 Enhance the knowledge,
skills and willingness of
government and civil
society to monitor,
implement and promote
child rights
Photo: Anna Kåri
Save the Children promotes
Child Rights Governance through 3 sub-themes:
1. Child Rights Monitoring
2. Strengthening National
Systems
3. Building awareness and
capacity
 UN human rights
reporting: Universal
Periodic Review (UPR)
and Committee on the
Rights of the Child (CRC)
 Legislation and national
strategies
 Child rights education
for children and their
communities
 Resources: budget
allocations
 Children’s
ombudspersons/
independent institutions
 Capacity-building of
professionals (judges,
lawyers, social workers)
 Documentation and
monitoring:
disaggregated data
collection
 Child-friendly
administration and
services
 Capacity-building of civil
society organisations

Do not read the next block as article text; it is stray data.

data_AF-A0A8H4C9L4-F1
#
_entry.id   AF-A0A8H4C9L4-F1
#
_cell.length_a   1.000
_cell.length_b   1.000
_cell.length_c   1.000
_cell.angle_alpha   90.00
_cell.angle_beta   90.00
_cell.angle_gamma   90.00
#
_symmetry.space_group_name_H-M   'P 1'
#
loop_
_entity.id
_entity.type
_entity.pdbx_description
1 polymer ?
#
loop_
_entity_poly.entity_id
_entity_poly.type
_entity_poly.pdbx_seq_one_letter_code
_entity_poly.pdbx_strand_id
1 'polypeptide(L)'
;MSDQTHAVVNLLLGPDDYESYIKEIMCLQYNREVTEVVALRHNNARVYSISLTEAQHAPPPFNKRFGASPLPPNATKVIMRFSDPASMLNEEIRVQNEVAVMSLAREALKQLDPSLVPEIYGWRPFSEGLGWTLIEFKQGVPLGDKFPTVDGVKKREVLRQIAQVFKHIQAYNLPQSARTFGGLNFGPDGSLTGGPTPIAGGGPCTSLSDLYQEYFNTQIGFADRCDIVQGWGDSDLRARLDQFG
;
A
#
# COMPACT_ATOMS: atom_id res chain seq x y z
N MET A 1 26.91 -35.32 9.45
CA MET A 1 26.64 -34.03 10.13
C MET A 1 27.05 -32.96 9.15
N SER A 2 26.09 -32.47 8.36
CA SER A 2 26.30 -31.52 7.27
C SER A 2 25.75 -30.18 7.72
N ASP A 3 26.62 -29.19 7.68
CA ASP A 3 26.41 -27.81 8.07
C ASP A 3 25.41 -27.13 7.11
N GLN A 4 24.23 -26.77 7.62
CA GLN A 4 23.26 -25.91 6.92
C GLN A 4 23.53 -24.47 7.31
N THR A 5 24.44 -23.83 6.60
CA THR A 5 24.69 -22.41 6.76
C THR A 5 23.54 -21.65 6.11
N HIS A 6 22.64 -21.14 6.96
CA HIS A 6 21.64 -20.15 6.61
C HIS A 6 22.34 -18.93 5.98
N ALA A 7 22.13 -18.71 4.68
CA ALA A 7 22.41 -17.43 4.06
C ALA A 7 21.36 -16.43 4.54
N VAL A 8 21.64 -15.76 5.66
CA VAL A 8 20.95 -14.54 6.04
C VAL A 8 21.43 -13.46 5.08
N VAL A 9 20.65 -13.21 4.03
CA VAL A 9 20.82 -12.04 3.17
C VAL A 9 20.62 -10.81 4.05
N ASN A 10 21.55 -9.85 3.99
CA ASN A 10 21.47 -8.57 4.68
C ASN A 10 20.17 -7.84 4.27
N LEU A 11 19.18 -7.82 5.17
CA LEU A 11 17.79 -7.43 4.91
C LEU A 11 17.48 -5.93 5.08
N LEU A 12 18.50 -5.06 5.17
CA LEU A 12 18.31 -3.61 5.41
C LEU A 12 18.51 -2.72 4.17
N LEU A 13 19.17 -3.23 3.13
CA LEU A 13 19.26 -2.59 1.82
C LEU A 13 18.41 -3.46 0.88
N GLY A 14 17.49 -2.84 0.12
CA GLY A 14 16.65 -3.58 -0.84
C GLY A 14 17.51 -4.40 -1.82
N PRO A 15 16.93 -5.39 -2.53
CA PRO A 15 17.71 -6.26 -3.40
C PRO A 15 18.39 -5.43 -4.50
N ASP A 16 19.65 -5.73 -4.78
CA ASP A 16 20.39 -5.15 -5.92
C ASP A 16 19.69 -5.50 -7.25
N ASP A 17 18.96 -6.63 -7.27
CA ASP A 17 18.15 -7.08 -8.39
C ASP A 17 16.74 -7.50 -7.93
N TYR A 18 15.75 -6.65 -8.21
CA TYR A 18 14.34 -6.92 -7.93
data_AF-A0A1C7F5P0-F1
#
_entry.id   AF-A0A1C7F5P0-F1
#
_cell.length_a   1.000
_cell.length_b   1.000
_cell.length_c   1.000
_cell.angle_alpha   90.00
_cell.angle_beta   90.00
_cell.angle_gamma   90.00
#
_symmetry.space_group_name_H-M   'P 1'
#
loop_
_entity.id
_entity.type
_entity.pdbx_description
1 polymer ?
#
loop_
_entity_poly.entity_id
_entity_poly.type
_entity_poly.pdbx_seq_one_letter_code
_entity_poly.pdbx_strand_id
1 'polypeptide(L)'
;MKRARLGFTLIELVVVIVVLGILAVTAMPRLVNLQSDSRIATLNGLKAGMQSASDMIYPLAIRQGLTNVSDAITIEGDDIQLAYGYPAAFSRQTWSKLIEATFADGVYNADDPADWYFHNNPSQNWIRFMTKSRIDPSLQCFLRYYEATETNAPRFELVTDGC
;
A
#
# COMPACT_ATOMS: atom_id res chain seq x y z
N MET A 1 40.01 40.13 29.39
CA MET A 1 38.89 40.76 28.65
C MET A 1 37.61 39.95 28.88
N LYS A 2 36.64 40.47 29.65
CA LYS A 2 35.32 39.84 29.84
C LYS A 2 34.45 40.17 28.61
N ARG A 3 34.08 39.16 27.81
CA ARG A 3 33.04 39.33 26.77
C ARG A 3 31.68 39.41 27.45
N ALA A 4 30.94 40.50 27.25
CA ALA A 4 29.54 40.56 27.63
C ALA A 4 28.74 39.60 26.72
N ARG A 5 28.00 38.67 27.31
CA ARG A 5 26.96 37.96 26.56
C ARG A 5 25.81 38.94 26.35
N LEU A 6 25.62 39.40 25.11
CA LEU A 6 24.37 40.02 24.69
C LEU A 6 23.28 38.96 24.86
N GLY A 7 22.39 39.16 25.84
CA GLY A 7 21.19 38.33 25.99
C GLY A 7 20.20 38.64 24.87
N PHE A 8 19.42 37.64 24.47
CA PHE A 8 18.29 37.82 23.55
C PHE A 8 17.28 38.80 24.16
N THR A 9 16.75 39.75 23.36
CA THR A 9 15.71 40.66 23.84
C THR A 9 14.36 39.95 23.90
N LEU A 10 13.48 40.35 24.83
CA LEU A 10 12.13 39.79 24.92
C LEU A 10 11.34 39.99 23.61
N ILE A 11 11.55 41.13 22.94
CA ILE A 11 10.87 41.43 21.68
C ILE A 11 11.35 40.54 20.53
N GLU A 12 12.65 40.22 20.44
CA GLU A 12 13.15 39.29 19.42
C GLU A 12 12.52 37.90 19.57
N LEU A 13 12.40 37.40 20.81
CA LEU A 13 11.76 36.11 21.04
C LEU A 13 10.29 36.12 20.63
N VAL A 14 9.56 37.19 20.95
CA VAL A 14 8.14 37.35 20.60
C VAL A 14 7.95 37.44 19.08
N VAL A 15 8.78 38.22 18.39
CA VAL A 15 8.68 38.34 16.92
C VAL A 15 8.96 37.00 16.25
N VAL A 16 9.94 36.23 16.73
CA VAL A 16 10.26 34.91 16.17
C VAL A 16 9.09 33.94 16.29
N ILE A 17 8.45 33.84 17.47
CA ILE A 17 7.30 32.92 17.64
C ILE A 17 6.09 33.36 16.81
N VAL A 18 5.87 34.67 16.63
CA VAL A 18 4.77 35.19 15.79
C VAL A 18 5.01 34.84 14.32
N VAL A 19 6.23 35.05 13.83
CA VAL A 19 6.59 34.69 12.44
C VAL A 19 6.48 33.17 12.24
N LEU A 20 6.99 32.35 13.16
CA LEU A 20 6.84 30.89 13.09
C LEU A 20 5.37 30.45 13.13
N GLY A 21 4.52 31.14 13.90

(CSOs)
 Effective structures and
coordination
Universal Periodic Review (UPR):
 International peer-review mechanism
 Covers all human rights, including child rights
 Political pressure through UPR recommendations can
be used as an additional tool to leverage child rights
at national level to achieve legislative reform, policy
reform and budget allocations
Child Rights Monitoring:
Universal Periodic Review (UPR) reporting
Save the Children support for UPR reporting:
 Capacity-building of child-led groups/ communities/
CSOs on using UPR
 Support in drafting stakeholder submissions
 Advocacy support and coordination at the national
and international level
 Follow-up and implementation
Child Rights Monitoring: